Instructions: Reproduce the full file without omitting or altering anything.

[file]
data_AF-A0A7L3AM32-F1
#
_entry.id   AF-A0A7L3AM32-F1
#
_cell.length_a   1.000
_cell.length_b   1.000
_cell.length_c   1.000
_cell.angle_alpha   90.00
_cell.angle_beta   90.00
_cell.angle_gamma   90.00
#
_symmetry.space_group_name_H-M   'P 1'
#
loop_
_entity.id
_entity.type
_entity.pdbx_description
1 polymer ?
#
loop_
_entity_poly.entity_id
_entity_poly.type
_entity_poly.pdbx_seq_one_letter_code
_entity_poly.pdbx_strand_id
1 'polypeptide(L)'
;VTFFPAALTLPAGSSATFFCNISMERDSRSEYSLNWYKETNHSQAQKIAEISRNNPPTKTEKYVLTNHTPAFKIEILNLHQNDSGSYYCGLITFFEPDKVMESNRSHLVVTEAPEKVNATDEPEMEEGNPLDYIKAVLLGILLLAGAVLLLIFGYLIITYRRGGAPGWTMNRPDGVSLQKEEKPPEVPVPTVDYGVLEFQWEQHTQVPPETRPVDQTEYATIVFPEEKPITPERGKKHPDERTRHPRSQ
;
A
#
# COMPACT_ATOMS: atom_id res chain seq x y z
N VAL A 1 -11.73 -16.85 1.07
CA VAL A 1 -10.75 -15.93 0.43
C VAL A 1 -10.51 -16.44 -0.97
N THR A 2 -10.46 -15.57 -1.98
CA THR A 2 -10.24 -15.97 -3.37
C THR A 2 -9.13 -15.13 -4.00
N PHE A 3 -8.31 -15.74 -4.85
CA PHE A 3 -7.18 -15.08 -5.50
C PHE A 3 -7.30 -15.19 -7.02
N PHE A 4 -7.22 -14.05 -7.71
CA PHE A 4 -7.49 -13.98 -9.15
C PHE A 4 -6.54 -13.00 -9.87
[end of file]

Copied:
data_AF-A0A7L3AM32-F1
#
_entry.id   AF-A0A7L3AM32-F1
#
_cell.length_a   1.000
_cell.length_b   1.000
_cell.length_c   1.000
_cell.angle_alpha   90.00
_cell.angle_beta   90.00
_cell.angle_gamma   90.00
#
_symmetry.space_group_name_H-M   'P 1'
#
loop_
_entity.id
_entity.type
_entity.pdbx_description
1 polymer ?
#
loop_
_entity_poly.entity_id
_entity_poly.type
_entity_poly.pdbx_seq_one_letter_code
_entity_poly.pdbx_strand_id
1 'polypeptide(L)'
;VTFFPAALTLPAGSSATFFCNISMERDSRSEYSLNWYKETNHSQAQKIAEISRNNPPTKTEKYVLTNHTPAFKIEILNLHQNDSGSYYCGLITFFEPDKVMESNRSHLVVTEAPEKVNATDEPEMEEGNPLDYIKAVLLGILLLAGAVLLLIFGYLIITYRRGGAPGWTMNRPDGVSLQKEEKPPEVPVPTVDYGVLEFQWEQHTQVPPETRPVDQTEYATIVFPEEKPITPERGKKHPDERTRHPRSQ
;
A
#
# COMPACT_ATOMS: atom_id res chain seq x y z
N VAL A 1 -11.73 -16.85 1.07
CA VAL A 1 -10.75 -15.93 0.43
C VAL A 1 -10.51 -16.44 -0.97
N THR A 2 -10.46 -15.57 -1.98
CA THR A 2 -10.24 -15.97 -3.37
C THR A 2 -9.13 -15.13 -4.00
N PHE A 3 -8.31 -15.74 -4.85
CA PHE A 3 -7.18 -15.08 -5.50
C PHE A 3 -7.30 -15.19 -7.02
N PHE A 4 -7.22 -14.05 -7.71
CA PHE A 4 -7.49 -13.98 -9.15
C PHE A 4 -6.54 -13.00 -9.87